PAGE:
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2022-09-13 HKT 20:53
A international survey has found that only 37 percent of eczema patients in the city are working on treatment plans with doctors, while two-thirds have lost hope.
GlobalSkin, an international alliance of dermatology patient organisations, initiated the study covering 330 eczema patients in the SAR, South Korea and Australia in August, with one-third of the respondents in Hong Kong.
Dermatologist Dr Johnny Chan said on Tuesday that the proportion of patients in the city seeking medical advice is “very low”.
He said more than 90 percent of them are being treated by public practitioners, but strained medical resources due to the Covid-19 pandemic have delayed their treatment.
“The queue time of every [eczema] treatment will be two to three years at the moment," he said, adding that does not taken into account the impact Covid has had on waiting times even longer.
“While they are waiting, they think the treatments will not be helping them, and may lose the faith in treatment. They think it’s just incurable, they don’t want to have any treatment anymore,” Chan said.
“Public doctors have a limited time to see a lot of patients every day."
But for moderate to severe cases, he said, "they need some more time for explanations about the disease nature: to have a more tailor-made treatment plan for the patients, and to explain any possible side effects and the way to avoid these side effects.”
Chan added that less than 10 percent of eczema sufferers had sought treatment from the private sector. He said high costs was "very much an issue" here, with 72 percent of patients saying the heavy financial burden had deterred them from visiting doctors.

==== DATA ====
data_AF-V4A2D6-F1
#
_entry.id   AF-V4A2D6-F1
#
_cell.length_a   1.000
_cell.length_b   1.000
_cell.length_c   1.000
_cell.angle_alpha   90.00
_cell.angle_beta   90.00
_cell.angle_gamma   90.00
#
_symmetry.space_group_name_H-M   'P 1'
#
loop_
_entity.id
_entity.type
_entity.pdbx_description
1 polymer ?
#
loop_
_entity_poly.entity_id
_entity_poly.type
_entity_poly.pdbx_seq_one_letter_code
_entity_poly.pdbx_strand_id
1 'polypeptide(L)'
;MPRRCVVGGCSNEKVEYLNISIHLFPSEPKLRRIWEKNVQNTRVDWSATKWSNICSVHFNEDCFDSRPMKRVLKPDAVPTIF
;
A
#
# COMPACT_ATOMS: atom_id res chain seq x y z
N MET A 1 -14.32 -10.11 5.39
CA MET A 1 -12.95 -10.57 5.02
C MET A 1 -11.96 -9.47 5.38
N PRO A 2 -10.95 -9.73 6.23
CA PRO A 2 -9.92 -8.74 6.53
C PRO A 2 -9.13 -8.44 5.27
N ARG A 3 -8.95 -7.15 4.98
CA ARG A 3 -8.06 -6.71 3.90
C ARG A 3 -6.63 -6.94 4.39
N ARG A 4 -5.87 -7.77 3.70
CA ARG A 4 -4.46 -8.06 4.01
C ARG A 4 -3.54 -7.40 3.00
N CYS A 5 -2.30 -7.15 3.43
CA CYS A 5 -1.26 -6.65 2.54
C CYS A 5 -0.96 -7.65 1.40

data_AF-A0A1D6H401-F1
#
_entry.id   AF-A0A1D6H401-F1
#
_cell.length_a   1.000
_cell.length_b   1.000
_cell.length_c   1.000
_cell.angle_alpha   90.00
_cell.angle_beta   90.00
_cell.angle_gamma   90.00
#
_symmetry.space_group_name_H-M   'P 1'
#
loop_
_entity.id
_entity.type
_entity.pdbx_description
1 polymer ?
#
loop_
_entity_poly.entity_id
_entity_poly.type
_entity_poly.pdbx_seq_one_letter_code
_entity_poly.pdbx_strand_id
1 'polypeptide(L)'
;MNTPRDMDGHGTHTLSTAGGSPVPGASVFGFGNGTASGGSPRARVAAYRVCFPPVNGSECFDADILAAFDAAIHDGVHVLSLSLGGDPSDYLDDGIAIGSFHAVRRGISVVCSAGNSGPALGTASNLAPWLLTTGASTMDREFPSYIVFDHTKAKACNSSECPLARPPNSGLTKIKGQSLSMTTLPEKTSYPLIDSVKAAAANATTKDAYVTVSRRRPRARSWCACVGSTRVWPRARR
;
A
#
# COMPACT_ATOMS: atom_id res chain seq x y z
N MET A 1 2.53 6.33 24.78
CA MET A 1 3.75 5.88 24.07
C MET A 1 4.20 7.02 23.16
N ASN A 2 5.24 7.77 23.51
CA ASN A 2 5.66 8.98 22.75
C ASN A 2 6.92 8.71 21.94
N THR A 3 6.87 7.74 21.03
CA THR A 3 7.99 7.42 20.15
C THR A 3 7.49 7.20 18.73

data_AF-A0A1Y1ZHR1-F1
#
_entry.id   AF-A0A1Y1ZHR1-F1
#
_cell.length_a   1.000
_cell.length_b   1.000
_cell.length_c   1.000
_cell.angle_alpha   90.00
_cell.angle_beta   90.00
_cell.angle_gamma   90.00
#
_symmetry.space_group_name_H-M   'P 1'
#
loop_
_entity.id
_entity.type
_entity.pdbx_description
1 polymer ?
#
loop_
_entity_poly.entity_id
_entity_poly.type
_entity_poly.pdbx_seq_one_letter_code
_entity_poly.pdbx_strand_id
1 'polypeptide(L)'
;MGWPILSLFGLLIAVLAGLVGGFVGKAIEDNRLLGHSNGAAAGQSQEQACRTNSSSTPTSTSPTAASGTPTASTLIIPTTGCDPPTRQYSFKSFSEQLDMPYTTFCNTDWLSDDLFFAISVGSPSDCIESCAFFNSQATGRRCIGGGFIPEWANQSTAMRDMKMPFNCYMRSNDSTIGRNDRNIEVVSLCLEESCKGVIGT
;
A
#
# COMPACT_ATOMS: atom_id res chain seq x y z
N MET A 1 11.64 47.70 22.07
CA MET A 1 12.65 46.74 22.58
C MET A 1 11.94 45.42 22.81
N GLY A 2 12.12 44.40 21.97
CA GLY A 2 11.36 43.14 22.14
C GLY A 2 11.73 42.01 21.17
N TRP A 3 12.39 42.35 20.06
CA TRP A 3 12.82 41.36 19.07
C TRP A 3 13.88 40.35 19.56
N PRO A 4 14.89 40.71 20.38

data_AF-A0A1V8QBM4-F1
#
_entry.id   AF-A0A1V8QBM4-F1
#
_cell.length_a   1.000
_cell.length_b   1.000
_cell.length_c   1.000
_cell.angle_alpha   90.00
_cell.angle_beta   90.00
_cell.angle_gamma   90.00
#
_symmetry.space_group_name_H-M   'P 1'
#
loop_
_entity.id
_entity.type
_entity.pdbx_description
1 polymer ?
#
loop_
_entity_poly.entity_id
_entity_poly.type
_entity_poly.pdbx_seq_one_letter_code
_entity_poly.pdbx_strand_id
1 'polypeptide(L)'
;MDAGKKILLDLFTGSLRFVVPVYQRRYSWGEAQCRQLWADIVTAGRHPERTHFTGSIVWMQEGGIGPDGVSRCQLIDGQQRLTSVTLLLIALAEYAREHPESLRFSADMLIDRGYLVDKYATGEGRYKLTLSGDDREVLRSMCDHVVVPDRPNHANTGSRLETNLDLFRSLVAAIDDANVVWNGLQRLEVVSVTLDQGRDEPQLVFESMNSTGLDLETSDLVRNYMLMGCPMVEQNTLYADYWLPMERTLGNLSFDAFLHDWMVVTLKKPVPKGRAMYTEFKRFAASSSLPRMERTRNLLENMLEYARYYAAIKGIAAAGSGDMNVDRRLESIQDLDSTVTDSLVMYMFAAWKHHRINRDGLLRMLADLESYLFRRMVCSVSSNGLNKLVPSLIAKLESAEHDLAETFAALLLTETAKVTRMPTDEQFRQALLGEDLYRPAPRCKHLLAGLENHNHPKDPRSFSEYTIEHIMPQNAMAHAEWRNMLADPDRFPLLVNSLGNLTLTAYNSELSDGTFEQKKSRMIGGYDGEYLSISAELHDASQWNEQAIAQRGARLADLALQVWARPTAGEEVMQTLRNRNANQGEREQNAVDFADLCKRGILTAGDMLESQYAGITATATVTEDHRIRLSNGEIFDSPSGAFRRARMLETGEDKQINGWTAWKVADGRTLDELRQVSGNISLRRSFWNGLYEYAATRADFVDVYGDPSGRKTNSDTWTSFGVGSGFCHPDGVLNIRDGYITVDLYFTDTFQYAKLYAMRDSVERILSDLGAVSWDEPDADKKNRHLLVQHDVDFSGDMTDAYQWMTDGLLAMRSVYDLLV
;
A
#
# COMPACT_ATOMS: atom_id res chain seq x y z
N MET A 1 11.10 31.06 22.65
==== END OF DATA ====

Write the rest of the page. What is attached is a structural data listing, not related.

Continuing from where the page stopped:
Dr Marco Ho, who chairs the Hong Kong Allergy Association, said when treatment is delayed, a patients’ immune system further deregulates and their conditions worsen, hence their expectations in consultations can be over-optimistic.
“Sometimes you don’t have the best-matched medication treatment as well as therapies. They have a whole lot of ideas and their own personal belief, so end up when we say ‘control’, they say ‘cure’; when we say ‘short-term gain’, they want a ‘long-term' remission,” he said.
“At times we even think the patient needs hospitalisation [but] they can't afford to stop their work or school.”
To clear up such misinterpretations and handle mental problems when patients are suffering from skin conditions, the allergy association and a concern group under the Hong Kong Health Care Alliance launched a free online counseling service on Tuesday that will run for three months.